Intermediate 415
    Permeate Product 182 99.6
  • [0086]
    In comparing the total compression results of Examples 1, 3, 10 and 11 it can be seen that the process shown in FIG. 2 results in the lowest amount of total compression required to meet the PGP and LPG specifications regardless of feed propylene content.
  • Example 12
  • [0087]
    This example documents an aspect of the preferred embodiment of the invention depicted in FIG. 2 where only the feed stream from source 212 was introduced into the apparatus, and the membrane modules had different membrane properties. In particular, two propylene permeability-selectivity pairs were used in these calculations: propylene permeability of 2 Barrer with 15 propylene selectivity and propylene permeability of 1 Barrer with 35 propylene selectivity.
  • [0088]
    The membrane area for the permeate product module was adjusted so that the final permeate product met Polymer-Grade Propylene (PGP) specifications. At the same time, the membrane area for the final non-permeate product module was adjusted so that the final non-permeate product met Liquefied Petroleum Gas (LPG) specification HD-5 of the Gas Processor's Association standard 2140-92. Also the membrane area for the intermediate module was adjusted to minimize the total required compression work.
  • [0089]
    The results of these calculations are shown in Table XIII. These results show that less energy and more membrane area are required when higher selectivity membranes are used. However these results show the unexpected result that exactly how much less energy is required depends on the stage in which the higher selectivity membrane is employed. Note that using the membranes with a propylene selectivity of 35 in the intermediate or permeate product modules stages reduces the energy required to about 30 percent of the energy required using membranes with a propylene selectivity of 15 in each stage while requiring an increase in membrane area of only approximately 5 percent. Using membranes with propylene selectivities of 35 in the intermediate and permeate product modules requires about the same amount of energy as using membranes with propylene selectivities of 35 in all three stages while using approximately 10 percent less membrane area. These results suggest that the energy and membrane area requirements can be adjusted by using different selectivities in each stage.
    TABLE XIII
    SEPARATIONS USING MEMBRANES HAVING TWO LEVELS
    OF SELECTIVITY ACCORDING TO WHICH THE MODULES
    ARE DISPOSED INTO THREE GROUPS
    MEM-
    DISPOSITION OF TOTAL BRANE REDUCTION OF
    MEMBRANE COMPRES- AREA, ENERGYREQUIRED,
    SELECTIVITY† SION†† 1,000 sq ft Percent
    15 - 15 - 15 0.084 510 0.0
    35 - 35 - 35 0.050 675 40.5
    15 - 35 - 35 0.051 607 39.3
    35 - 15 - 35 0.058 684 31.0
    35 - 35 - 15 0.056 701 33.3
    35 - 15 - 15 0.078 978 7.1
    15 - 35 - 15 0.059 537 29.8
    15 - 15 - 35 0.061 528 27.4
  • [0090]
    For the purposes of the present invention, “predominantly” is defined as more than about fifty percent. “Substantially” is defined as occurring with sufficient frequency or being present in such proportions as to measurably affect macroscopic properties of an associated compound or system. Where the frequency or proportion for such impact is not clear, substantially is to be regarded as about twenty per cent or more. The term “essentially free of” is defined as absolutely except that small variations which have no more than a negligible effect on macroscopic qualities and final outcome are permitted, typically up to about one percent.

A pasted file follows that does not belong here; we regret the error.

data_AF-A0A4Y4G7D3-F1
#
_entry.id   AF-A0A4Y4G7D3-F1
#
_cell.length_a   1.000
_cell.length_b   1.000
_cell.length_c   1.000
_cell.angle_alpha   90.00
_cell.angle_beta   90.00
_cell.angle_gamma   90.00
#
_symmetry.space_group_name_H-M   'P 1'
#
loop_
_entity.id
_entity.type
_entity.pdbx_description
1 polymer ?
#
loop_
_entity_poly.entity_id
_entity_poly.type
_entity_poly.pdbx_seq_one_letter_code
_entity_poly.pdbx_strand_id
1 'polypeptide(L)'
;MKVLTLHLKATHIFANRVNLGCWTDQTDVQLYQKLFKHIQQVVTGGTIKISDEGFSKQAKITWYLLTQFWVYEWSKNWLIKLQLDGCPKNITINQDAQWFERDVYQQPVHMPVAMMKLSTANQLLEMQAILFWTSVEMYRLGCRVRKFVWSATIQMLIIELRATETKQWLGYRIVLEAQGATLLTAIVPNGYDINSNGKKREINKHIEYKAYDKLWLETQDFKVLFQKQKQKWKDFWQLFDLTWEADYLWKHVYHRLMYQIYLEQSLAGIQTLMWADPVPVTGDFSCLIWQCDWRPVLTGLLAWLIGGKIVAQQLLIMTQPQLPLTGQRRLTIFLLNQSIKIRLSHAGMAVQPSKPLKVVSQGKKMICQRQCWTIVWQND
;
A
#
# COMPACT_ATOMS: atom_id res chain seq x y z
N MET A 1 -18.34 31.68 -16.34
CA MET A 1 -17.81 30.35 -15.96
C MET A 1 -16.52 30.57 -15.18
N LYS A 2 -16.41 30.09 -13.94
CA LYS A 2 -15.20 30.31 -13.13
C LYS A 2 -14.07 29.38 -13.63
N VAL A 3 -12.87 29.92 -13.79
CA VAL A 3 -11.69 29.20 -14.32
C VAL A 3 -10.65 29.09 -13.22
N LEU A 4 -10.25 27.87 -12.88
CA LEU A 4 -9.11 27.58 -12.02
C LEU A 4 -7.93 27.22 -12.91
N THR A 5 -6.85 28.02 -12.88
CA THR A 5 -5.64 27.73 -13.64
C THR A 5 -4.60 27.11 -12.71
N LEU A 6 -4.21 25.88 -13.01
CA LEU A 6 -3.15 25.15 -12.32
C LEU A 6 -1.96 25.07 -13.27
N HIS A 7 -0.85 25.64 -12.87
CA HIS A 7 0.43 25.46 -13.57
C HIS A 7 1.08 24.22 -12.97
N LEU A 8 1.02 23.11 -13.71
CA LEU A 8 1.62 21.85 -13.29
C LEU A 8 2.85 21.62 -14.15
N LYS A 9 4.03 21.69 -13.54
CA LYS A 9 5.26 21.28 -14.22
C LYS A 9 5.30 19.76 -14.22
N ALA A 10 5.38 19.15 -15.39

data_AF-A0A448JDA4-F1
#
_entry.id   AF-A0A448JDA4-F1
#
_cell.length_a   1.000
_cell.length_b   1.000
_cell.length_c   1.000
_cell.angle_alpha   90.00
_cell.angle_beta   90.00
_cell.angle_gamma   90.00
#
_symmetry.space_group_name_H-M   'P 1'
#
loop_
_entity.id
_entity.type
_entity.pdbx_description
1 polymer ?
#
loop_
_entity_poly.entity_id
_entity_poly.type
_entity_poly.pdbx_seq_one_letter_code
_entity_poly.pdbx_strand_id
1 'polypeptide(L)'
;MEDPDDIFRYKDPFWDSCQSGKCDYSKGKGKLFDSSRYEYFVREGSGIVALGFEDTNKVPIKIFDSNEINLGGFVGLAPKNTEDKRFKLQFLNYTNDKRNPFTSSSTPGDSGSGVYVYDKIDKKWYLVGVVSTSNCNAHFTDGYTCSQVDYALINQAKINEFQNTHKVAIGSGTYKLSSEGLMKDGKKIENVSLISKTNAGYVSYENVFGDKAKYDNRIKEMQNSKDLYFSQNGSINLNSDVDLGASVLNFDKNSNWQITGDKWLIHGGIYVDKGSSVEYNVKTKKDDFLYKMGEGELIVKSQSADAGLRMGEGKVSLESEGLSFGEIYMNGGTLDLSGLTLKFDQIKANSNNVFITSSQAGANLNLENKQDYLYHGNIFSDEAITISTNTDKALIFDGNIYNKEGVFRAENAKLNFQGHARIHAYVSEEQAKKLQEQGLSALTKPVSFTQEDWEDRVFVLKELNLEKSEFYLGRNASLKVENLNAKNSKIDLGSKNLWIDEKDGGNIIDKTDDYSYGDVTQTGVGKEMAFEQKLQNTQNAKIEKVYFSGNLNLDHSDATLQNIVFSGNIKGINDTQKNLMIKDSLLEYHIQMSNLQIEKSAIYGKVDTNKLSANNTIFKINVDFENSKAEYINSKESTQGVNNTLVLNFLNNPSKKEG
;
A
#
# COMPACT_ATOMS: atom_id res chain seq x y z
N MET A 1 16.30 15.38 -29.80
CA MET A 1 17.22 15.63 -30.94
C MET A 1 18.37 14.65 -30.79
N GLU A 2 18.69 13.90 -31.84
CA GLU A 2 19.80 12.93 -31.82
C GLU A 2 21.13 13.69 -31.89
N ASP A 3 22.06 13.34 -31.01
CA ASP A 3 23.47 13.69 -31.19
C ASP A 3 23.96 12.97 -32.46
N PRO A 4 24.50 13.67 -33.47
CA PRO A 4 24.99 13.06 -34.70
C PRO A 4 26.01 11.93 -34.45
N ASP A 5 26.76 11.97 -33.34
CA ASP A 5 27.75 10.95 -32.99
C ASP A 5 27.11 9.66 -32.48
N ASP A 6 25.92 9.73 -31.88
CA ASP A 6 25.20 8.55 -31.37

Patent Citations
Cited PatentFiling datePublication dateApplicantTitle
US2159434 *Jun 27, 1936May 23, 1939Phillips Petroleum CoProcess for concentrating hydrocarbons
US4857078 *Dec 31, 1987Aug 15, 1989Membrane Technology & Research, Inc.Process for separating higher hydrocarbons from natural or produced gas streams
US5032148 *Nov 7, 1989Jul 16, 1991Membrane Technology & Research, Inc.Membrane fractionation process
US5670051 *May 23, 1996Sep 23, 1997Membrane Technology And Research, Inc.Olefin separation membrane and process
US5772733 *Jan 24, 1997Jun 30, 1998Membrane Technology And Research, Inc.Natural gas liquids (NGL) stabilization process
Referenced by
Citing PatentFiling datePublication dateApplicantTitle
US7708151Aug 3, 2007May 4, 2010Exxonmobil Research And Engineering CompanyMembrane for separating aromatic and aliphatic compounds
US7749387Aug 3, 2007Jul 6, 2010Exxonmobil Research And Engineering CompanyIntegrally-layered polymeric membranes and method of use
US7785471Aug 31, 2010Exxonmobil Research And Engineering CompanyChromatographic membrane separation
US7875758 *Jan 2, 2008Jan 25, 2011L'air Liquide, Societe Anonyme Pour L'etude Et L'exploitation Des Procedes George ClaudeSystems and methods for the separation of propylene and propane
US8083946Dec 27, 2011Exxonmobil Research And Engineering CompanyChemically cross-linked polymeric membranes and method of use
US8357893Sep 23, 2009Jan 22, 2013Ut-Battelle, LlcIon mobility sensor system
US8721890 *Dec 24, 2008May 13, 2014Mitsubishi Heavy Industries, Ltd.Dehydrating system and dehydrating method
US9168490 *Aug 14, 2012Oct 27, 2015Cms Technologies Holdings, Inc.Combination membrane system for producing nitrogen enriched air
US20080035566 *Aug 3, 2007Feb 14, 2008Sabottke Craig YChromatographic membrane separation
US20080035567 *Aug 3, 2007Feb 14, 2008Sabottke Craig YEnhanced membrane separation system
US20080035571 *Aug 3, 2007Feb 14, 2008Exxonmobil Research And Engineering CompanyIntegrally-layered polymeric membranes and method of use
US20080035572 *Aug 3, 2007Feb 14, 2008Sabottke Craig YChemically cross-linked polymeric membranes and method of use
US20080035573 *Aug 3, 2007Feb 14, 2008Peiffer Dennis GMembrane for separating aromatic and aliphatic compounds
US20080035574 *Aug 3, 2007Feb 14, 2008Sabottke Craig YMembrane Barrier films and method of use
US20080167512 *Jan 2, 2008Jul 10, 2008Sanders Edgar SSystems and Methods for the Separation of Propylene and Propane
US20080210540 *Jan 17, 2008Sep 4, 2008Dieterle Rex ASeparation and dewatering of organic solvents by integrating distillation and membrane separation operations
US20100320148 *Dec 24, 2008Dec 23, 2010Mitsubishi Heavy Industries, Ltd.Dehydrating system and dehydrating method
US20110068264 *Mar 24, 2011Jun XuIon mobility sensor system
US20130042755 *Aug 14, 2012Feb 21, 2013Cms Technologies Holdings Inc.Combination Membrane System For Producing Nitrogen Enriched Air
EP2735355A1 *Nov 27, 2013May 28, 2014Technische Universität WienPermeator system for separating gas mixtures
Classifications
U.S. Classification210/641, 210/650
International ClassificationB01D61/00, B01D53/22, C07C7/144, C01B3/50
Cooperative ClassificationC01B2203/048, C01B2203/0405, C01B3/503, B01D61/00, B01D53/226, B01D53/225, Y02P20/125
European ClassificationB01D61/00, B01D53/22F2, B01D53/22F, C01B3/50B2
Legal Events
DateCodeEventDescription
Nov 13, 2002ASAssignment
Owner name: BP CORPORATION NORTH AMERICA INC., ILLINOIS
Free format text: ASSIGNMENT OF ASSIGNORS INTEREST;ASSIGNORS:COLLING, CRAIG W.;HUFFS, GEORGE A. JR.;BARTELS, JOHN V.;REEL/FRAME:013482/0235;SIGNING DATES FROM 20020611 TO 20020615
Jun 16, 2008FPAYFee payment
Year of fee payment: 4
Jun 23, 2008REMIMaintenance fee reminder mailed
Jun 14, 2012FPAYFee payment
Year of fee payment: 8
Jul 22, 2016REMIMaintenance fee reminder mailed